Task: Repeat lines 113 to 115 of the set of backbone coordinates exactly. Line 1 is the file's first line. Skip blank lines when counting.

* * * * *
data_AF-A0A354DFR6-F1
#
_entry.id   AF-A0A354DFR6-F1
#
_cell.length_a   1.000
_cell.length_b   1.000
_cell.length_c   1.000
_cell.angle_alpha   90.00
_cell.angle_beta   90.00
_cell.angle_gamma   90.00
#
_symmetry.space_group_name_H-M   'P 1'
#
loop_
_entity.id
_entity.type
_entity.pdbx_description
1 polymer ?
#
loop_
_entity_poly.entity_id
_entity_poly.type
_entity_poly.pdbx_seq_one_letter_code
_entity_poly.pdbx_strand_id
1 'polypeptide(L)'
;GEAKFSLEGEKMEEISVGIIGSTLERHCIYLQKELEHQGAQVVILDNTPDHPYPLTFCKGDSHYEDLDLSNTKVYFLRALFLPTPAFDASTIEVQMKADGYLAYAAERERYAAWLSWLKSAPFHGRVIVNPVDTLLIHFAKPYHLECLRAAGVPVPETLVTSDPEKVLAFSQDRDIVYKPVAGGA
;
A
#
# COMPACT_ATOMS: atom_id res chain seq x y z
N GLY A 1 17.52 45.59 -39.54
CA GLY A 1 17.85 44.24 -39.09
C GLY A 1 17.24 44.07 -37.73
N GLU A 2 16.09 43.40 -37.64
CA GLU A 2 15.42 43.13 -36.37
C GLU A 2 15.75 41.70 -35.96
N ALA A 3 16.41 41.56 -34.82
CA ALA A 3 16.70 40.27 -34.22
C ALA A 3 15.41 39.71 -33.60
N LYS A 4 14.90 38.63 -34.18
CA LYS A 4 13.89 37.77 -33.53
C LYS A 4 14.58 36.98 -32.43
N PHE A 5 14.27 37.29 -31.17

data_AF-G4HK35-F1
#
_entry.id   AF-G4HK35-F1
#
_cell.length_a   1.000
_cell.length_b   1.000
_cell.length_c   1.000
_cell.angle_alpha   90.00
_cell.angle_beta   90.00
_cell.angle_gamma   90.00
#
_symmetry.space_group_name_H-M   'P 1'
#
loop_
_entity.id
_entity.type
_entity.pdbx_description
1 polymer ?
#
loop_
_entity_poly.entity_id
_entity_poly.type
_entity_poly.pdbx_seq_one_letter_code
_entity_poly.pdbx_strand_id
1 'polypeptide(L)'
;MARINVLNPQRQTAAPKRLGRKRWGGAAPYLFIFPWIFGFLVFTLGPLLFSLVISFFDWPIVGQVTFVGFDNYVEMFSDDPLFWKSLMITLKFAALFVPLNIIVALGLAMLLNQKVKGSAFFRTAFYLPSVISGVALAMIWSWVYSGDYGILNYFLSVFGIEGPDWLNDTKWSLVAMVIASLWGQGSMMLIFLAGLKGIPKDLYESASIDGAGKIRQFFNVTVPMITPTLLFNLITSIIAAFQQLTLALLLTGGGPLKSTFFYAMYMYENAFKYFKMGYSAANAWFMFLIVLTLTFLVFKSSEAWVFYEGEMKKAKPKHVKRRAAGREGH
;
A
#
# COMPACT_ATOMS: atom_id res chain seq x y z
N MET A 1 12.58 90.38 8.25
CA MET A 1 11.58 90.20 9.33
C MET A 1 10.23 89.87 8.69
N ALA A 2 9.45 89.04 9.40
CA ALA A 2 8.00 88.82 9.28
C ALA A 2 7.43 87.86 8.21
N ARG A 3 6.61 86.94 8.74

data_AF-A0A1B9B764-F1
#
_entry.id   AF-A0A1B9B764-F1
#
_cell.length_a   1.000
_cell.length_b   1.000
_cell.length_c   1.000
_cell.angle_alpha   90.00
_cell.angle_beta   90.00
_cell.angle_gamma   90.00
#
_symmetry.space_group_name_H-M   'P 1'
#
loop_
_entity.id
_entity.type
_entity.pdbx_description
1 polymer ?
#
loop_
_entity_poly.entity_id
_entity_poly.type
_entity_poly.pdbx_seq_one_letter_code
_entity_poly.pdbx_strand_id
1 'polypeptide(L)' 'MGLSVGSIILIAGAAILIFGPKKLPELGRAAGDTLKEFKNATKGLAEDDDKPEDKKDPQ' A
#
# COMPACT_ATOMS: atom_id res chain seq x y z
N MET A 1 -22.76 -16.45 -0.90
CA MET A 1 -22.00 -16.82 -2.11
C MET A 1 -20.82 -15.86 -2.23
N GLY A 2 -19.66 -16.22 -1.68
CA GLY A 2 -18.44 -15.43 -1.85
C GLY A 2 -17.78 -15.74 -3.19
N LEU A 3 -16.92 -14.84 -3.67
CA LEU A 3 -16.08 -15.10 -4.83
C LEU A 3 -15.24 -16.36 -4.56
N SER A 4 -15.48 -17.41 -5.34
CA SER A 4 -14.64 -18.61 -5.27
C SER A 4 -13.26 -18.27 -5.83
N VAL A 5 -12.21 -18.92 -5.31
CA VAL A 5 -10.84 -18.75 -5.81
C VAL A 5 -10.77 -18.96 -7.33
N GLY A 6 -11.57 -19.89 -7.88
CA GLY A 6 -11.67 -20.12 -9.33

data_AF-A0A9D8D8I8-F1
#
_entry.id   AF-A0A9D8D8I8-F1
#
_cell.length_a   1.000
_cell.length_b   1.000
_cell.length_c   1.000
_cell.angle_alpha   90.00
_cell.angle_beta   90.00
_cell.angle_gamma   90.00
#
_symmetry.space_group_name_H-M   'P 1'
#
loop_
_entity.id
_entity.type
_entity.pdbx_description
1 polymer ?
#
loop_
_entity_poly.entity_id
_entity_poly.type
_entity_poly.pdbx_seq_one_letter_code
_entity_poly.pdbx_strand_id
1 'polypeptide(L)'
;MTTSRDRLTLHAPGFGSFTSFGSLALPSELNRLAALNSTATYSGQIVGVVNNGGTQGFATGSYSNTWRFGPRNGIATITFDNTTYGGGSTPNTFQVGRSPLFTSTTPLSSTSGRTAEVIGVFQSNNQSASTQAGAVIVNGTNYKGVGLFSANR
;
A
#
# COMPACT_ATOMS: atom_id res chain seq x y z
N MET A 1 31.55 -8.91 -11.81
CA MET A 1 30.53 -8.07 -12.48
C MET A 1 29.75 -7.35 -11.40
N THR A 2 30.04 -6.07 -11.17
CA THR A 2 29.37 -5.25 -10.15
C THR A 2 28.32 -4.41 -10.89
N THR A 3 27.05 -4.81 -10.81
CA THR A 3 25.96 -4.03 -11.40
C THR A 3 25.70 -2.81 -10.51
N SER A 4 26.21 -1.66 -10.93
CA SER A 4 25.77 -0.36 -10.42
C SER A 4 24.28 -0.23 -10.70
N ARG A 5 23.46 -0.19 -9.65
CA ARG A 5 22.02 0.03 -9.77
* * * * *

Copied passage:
C GLY A 2 -17.78 -15.74 -3.19
N LEU A 3 -16.92 -14.84 -3.67
CA LEU A 3 -16.08 -15.10 -4.83